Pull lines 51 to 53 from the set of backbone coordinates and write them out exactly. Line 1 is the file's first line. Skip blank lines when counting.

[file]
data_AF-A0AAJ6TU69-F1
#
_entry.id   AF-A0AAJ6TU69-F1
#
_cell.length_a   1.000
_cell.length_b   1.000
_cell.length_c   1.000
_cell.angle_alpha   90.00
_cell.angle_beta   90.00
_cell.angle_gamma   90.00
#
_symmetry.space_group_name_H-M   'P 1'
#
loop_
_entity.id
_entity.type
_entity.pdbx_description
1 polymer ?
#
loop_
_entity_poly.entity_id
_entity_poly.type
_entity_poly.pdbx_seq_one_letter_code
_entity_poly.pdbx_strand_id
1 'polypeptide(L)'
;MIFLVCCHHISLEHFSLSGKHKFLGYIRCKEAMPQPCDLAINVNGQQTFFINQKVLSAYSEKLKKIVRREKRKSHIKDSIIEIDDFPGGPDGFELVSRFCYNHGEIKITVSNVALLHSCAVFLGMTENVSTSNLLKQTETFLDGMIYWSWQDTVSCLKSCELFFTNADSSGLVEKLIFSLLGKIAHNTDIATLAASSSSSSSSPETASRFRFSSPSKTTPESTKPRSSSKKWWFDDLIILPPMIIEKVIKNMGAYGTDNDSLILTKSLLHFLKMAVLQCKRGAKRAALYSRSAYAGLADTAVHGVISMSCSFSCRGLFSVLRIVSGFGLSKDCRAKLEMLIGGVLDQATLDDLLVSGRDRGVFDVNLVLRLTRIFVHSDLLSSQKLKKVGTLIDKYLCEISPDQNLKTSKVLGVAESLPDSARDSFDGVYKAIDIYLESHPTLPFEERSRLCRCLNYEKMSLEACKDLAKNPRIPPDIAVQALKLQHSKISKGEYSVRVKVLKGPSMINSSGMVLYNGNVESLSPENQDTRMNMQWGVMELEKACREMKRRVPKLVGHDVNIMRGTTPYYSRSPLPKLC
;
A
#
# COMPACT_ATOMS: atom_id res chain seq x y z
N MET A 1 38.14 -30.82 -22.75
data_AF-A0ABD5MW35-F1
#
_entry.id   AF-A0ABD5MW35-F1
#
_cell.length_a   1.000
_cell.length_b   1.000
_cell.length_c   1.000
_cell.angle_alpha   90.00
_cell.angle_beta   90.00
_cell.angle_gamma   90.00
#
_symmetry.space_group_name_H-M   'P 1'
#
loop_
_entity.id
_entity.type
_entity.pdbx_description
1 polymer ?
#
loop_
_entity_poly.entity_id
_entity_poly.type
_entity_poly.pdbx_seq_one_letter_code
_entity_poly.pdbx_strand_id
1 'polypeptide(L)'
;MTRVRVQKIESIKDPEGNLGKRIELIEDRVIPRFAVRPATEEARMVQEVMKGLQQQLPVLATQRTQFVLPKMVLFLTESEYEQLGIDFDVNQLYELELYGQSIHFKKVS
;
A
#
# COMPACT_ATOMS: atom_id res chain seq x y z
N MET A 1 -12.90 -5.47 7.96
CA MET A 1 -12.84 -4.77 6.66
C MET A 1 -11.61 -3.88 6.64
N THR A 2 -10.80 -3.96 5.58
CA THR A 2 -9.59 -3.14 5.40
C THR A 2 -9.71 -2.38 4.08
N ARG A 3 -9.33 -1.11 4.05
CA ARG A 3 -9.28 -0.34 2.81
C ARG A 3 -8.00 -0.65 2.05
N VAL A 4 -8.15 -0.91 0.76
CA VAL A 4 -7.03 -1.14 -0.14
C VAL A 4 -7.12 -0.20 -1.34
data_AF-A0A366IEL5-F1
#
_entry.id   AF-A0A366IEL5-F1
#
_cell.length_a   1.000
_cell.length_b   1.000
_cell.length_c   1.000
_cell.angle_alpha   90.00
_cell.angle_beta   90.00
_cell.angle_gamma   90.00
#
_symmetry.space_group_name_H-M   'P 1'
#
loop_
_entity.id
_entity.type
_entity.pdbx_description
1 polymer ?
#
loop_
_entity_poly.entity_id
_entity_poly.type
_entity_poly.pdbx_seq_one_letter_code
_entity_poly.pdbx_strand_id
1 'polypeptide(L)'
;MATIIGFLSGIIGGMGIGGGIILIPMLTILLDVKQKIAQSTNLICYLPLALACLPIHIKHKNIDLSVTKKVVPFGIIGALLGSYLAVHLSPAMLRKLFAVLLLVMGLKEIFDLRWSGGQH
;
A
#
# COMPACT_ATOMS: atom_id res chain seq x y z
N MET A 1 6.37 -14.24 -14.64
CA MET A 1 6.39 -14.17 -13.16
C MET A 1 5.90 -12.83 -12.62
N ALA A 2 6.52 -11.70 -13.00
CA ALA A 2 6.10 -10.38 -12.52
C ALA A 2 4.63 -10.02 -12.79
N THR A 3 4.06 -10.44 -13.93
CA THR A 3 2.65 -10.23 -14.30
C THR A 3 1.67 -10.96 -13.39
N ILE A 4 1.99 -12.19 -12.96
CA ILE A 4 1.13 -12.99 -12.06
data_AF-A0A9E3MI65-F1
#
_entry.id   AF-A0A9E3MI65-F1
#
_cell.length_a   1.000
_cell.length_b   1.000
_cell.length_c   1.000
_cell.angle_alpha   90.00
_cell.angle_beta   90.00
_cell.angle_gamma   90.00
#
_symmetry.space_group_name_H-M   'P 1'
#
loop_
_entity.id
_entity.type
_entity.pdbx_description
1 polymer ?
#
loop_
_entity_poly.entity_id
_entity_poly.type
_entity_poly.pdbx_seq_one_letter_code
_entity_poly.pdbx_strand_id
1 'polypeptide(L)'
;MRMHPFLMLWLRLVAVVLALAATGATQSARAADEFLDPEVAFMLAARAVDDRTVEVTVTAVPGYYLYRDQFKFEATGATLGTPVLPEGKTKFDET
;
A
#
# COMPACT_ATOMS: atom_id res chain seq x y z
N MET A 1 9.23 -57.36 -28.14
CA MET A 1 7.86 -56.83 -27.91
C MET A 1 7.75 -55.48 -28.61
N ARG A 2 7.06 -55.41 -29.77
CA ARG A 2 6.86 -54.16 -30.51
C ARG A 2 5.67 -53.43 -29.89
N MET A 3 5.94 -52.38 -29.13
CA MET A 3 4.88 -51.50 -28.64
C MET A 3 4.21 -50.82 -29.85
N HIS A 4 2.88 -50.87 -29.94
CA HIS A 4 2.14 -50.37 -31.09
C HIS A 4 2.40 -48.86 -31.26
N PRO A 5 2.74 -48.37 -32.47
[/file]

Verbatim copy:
loop_
_entity_poly.entity_id
_entity_poly.type